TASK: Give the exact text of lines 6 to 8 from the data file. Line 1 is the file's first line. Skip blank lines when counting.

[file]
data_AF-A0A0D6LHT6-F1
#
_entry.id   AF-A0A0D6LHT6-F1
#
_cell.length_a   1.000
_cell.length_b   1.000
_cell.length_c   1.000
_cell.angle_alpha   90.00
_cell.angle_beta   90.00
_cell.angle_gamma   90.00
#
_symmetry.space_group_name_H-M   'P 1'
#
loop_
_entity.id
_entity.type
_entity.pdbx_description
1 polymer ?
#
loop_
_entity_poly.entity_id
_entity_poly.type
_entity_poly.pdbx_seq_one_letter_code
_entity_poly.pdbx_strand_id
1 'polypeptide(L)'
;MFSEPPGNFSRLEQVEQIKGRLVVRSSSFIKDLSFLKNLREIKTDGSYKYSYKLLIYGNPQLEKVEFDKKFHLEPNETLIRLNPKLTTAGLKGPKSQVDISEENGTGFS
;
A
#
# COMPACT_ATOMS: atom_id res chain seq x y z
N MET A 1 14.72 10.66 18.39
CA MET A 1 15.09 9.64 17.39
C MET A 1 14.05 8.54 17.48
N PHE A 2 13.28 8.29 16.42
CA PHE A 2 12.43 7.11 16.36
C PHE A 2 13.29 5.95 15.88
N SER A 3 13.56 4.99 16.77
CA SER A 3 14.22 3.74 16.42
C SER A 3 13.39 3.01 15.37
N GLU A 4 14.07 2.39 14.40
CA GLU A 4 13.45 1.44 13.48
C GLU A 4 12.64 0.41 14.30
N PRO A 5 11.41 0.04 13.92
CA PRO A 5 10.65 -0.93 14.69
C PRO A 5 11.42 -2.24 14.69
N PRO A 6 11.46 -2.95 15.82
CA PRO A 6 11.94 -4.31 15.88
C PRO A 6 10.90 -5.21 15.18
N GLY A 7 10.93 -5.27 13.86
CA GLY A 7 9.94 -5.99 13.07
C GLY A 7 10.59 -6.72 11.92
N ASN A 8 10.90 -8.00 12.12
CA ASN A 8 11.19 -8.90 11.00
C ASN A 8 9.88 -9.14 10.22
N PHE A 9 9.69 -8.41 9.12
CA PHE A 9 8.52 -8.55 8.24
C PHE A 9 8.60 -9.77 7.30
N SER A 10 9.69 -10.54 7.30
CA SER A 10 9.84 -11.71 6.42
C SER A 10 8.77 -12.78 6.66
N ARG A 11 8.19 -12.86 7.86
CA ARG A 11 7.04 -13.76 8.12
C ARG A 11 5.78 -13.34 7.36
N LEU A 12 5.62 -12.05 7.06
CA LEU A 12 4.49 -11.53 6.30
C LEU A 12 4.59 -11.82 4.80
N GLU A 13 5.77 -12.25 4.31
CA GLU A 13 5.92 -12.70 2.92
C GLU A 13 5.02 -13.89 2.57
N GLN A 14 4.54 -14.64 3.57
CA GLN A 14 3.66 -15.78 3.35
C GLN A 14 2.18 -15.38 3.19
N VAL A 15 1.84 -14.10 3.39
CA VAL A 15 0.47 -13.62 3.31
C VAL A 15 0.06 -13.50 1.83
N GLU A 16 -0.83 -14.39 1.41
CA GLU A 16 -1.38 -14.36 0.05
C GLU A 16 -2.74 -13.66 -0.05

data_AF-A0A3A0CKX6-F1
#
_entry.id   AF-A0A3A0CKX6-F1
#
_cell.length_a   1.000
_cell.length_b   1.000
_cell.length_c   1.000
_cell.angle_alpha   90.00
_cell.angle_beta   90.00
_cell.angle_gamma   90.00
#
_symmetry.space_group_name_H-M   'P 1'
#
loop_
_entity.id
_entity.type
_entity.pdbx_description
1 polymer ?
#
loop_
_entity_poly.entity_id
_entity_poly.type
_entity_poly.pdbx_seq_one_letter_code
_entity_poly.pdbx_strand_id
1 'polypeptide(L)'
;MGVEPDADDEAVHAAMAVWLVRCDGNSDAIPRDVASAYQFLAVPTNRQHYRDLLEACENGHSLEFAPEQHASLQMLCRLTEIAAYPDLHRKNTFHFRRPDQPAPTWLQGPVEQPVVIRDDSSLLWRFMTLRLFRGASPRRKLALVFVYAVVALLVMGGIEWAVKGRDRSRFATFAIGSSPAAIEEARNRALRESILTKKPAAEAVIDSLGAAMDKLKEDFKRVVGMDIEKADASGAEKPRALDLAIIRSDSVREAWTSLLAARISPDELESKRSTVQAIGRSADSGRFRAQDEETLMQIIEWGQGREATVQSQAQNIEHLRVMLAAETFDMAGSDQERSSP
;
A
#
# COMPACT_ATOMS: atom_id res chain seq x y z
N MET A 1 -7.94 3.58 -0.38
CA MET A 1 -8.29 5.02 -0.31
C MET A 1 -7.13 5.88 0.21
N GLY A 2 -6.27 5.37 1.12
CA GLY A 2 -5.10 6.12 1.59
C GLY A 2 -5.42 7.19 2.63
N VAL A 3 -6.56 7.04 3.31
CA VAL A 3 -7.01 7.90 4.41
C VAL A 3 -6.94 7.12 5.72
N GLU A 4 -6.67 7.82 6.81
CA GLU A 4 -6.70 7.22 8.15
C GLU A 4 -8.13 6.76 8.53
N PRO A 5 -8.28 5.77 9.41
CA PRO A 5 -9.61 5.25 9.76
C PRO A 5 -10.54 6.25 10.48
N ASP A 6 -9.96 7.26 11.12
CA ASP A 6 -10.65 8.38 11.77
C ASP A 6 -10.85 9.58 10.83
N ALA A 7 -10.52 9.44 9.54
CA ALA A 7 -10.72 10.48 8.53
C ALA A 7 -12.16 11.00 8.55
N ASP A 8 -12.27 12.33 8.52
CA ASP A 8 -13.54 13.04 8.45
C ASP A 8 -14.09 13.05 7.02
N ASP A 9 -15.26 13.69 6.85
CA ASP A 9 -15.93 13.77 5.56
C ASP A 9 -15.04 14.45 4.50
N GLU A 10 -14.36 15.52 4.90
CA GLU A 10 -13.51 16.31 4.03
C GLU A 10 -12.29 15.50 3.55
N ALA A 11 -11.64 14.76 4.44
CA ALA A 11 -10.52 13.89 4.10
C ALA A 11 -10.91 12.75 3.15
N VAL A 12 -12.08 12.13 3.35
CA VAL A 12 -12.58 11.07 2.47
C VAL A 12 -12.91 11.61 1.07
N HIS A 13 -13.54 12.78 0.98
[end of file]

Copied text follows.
_cell.length_b   1.000
_cell.length_c   1.000
_cell.angle_alpha   90.00